Thus, it is seen that within the presently claimed conditions, a substantial reduction in the nitrogen oxide content takes place. Indeed, in a time of about 40 msec, approximately 94% of the nitrogen oxide formed in the initial combustion was reduced to molecular nitrogen. Further, it will be appreciated that under further optimized conditions, substantially complete reduction of all the nitrogen oxides would be possible. However, even according to this one example, it is seen that the average nitrogen oxide content was only about 44 ppm. Following dilution with the additional combustion air, the effluent gases would be expected to have a nitrogen oxide content of less than 25 ppm, substantially below the maximum permissible nitrogen oxide emission requirements for most known applications. Thus, this example clearly demonstrates the utility of the present invention.
A series of screening tests were performed to determine the effect of additives on the reduction of nitrogen oxides in accordance with the present invention. A laboratory-scale burner was set up in which natural gas and air were partially combusted using between about 45 and 75% of the stoichiometric air required for complete combustion. Nitric oxide was added to the air-fuel mixture. Various particulate additives were introduced into the hot combustion products immediately downstream of the combustion zone. The nitrogen oxide content was measured immediately adjacent the flame front and downstream of the point of particulate injection. From these tests, it was demonstrated that the ash constituents of the Illinois No. 6 coal showed a substantial reduction in the nitrogen oxide content, even though the temperature was not sufficiently high that any substantial reduction would be expected. Calcium oxide also was tested and found to reduce the nitrogen oxide content within the claimed range of stoichiometry and temperature. The most significant reduction in nitrogen oxide content was noted using iron sulfide and petroleum coke particles. Accordingly, the iron compounds and particularly iron sulfide, whether artifically produced or naturally occurring, such as iron pyrite, and carbonaceous materials such as coke, are preferred additives for use in accordance with the present invention.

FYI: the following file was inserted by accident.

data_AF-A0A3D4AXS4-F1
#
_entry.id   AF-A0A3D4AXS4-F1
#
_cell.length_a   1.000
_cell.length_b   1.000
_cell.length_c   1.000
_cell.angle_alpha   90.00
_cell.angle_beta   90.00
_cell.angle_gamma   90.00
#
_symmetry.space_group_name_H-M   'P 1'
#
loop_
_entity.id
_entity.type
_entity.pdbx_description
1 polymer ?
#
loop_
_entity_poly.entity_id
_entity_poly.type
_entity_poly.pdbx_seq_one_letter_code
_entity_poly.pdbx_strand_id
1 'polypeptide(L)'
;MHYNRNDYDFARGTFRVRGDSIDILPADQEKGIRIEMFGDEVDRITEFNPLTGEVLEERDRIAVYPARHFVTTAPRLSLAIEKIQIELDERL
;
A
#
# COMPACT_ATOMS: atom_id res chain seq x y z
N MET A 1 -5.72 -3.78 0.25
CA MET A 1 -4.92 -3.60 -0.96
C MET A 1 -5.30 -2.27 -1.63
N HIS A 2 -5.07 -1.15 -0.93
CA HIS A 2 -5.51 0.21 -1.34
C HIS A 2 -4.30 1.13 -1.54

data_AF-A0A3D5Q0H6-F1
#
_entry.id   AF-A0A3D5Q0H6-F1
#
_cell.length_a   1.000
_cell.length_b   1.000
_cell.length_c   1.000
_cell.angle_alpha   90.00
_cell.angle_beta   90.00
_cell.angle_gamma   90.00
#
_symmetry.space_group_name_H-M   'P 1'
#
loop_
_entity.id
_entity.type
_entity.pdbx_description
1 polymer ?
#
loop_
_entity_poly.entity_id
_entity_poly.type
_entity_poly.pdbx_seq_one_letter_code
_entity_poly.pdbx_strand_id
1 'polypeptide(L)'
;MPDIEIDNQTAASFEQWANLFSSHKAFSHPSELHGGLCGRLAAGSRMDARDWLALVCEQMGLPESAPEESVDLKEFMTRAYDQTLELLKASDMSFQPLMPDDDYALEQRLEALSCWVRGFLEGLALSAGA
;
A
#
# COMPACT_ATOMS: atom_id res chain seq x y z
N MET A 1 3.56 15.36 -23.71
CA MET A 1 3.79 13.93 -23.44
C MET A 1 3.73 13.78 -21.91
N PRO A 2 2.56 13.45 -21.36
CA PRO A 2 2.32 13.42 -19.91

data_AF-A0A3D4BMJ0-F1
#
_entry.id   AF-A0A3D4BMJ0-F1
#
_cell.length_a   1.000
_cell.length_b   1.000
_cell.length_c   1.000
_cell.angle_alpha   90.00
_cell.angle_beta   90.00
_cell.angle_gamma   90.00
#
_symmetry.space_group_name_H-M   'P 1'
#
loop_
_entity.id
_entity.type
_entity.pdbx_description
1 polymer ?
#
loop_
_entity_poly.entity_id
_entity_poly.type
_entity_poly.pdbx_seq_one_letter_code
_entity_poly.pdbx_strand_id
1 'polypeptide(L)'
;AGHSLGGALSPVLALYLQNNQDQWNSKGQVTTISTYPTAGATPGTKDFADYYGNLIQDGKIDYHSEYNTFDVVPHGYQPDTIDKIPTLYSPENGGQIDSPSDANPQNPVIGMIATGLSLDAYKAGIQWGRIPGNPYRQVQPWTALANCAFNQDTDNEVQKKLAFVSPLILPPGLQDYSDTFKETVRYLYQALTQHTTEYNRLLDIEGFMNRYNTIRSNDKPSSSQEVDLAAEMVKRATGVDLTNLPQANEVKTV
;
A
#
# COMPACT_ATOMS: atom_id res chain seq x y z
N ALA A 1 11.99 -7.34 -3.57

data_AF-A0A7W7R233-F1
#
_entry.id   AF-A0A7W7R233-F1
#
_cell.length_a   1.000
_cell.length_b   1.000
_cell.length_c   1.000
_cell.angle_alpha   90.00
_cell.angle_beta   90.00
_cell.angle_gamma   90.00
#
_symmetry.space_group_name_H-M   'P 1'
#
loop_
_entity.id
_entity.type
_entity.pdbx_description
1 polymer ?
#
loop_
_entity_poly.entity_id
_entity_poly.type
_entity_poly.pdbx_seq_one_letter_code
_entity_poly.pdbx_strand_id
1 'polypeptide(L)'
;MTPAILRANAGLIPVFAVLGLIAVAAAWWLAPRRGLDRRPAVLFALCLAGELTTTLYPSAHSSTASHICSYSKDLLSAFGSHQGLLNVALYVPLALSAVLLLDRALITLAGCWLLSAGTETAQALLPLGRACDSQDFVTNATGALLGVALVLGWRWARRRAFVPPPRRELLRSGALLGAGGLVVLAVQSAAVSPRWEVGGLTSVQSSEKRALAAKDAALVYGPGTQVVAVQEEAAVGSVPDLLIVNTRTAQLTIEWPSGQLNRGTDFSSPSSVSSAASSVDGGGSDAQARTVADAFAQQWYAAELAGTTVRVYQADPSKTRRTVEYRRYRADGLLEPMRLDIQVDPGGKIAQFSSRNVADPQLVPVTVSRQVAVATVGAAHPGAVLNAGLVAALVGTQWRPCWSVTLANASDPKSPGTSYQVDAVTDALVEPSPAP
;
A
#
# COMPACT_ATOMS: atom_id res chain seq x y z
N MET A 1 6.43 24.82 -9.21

The foregoing description and examples illustrate a specific embodiment of the invention and what is now considered to be the best mode of practicing it. Those skilled in the art, however, will understand that changes may be made in the form of the invention without departing from its generally broad scope. Specifically, while the invention has been described, among other things, with respect to a certain preferred embodiment utilizing two combustion zones, it will be readily apparent that multiple combustion zones could be utilized. In some instances, it may be desirable to partially combust the fuel in a first reaction zone utilizing a lesser stoichiometry than that within the present claims, prior to utilizing the stoichiometry and temperatures of the presently claimed invention. In addition, the final combustion can be effected in a single second zone as herein described. Alternatively, of course, the final combustion air may be added in multiple zones. Indeed, it is within the scope of the present invention that the final combustion zone could be, for example, the fire box of a boiler wherein heat is drawn off by the boiler tubes during the addition of the final combustion air. In addition, it is within the scope of the present invention to provide other additives to the combustion zones shown or to preceding combustion zones for the removal of other pollutants such as sulfur compounds, chlorine, or the like if present and such removal is desired. These and numerous other variations will be readily apparent to those versed in the art. Accordingly, it should be understood that within the scope of the appended claims, the invention may be practiced otherwise than as specifically illustrated and described.